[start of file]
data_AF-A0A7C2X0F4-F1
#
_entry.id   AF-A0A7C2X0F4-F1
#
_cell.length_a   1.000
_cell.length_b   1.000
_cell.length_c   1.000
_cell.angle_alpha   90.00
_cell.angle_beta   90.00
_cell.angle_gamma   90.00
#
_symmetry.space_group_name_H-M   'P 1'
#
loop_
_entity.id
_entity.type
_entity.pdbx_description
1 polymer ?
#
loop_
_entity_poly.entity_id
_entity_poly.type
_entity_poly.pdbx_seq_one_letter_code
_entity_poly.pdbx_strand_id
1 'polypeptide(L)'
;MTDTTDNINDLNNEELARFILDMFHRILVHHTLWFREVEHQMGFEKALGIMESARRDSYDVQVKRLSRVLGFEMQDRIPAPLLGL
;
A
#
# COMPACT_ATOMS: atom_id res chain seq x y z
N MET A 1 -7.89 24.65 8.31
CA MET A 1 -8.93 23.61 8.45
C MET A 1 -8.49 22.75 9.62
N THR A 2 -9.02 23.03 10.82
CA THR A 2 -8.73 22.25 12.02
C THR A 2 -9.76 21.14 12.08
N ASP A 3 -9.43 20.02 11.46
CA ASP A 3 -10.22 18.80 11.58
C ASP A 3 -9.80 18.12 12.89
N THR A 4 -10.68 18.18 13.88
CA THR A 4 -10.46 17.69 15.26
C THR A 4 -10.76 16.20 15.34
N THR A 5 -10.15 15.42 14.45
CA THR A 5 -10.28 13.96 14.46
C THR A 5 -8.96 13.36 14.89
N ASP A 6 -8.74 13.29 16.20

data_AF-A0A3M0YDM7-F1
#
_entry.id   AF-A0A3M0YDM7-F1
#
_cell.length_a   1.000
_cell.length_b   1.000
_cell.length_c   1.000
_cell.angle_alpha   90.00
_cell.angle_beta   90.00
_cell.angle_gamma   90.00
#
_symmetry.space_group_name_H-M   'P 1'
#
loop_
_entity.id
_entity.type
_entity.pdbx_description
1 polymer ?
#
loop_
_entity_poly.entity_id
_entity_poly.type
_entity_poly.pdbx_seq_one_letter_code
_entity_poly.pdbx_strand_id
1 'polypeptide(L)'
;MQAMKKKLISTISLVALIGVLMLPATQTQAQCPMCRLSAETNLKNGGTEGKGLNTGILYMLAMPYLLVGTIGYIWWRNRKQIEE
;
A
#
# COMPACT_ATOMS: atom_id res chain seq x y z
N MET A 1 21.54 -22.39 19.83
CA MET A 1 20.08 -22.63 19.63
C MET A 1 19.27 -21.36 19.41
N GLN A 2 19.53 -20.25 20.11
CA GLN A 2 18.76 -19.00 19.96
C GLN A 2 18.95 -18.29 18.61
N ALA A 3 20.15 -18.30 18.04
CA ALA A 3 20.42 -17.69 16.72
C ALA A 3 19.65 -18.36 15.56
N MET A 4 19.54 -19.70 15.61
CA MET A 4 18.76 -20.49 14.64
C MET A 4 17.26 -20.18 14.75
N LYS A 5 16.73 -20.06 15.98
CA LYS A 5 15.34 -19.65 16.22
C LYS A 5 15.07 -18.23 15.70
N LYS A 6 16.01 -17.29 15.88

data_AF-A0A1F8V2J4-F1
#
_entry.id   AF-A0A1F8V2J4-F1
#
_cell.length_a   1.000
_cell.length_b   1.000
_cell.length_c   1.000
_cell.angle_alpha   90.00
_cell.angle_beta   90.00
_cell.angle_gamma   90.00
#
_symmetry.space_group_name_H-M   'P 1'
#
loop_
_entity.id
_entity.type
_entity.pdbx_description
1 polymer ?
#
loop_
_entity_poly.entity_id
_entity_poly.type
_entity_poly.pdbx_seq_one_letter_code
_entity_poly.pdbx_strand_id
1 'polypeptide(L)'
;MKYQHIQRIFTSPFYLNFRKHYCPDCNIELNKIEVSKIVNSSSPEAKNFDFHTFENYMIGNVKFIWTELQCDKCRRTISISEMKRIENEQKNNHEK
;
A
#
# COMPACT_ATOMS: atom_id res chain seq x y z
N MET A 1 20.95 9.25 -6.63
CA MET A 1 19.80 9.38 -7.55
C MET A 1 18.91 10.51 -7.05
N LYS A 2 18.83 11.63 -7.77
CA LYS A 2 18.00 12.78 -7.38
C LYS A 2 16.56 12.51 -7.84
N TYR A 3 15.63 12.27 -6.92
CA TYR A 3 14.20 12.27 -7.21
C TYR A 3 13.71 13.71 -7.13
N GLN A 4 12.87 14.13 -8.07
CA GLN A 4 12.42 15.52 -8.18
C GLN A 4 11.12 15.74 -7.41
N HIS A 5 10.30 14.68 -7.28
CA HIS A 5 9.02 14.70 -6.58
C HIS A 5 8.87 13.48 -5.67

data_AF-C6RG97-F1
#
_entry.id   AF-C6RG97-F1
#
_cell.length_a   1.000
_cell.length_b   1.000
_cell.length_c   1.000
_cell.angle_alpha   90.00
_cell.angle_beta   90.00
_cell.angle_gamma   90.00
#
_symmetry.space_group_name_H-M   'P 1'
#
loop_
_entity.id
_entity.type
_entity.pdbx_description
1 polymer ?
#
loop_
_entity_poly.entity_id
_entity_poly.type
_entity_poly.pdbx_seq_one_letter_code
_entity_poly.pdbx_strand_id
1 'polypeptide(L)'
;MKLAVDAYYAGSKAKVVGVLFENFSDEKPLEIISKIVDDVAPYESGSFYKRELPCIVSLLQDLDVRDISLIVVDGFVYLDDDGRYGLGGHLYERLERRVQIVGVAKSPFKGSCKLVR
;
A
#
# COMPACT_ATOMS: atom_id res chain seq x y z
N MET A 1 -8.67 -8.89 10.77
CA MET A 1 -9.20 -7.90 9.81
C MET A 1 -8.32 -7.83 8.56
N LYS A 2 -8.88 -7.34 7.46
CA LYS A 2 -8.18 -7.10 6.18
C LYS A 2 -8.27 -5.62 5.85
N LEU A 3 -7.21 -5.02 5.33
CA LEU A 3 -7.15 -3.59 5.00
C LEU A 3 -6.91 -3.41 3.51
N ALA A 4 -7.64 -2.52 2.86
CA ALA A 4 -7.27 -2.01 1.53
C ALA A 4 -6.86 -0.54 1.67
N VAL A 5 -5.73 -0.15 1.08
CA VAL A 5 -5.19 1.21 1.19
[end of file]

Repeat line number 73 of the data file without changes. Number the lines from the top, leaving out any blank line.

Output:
;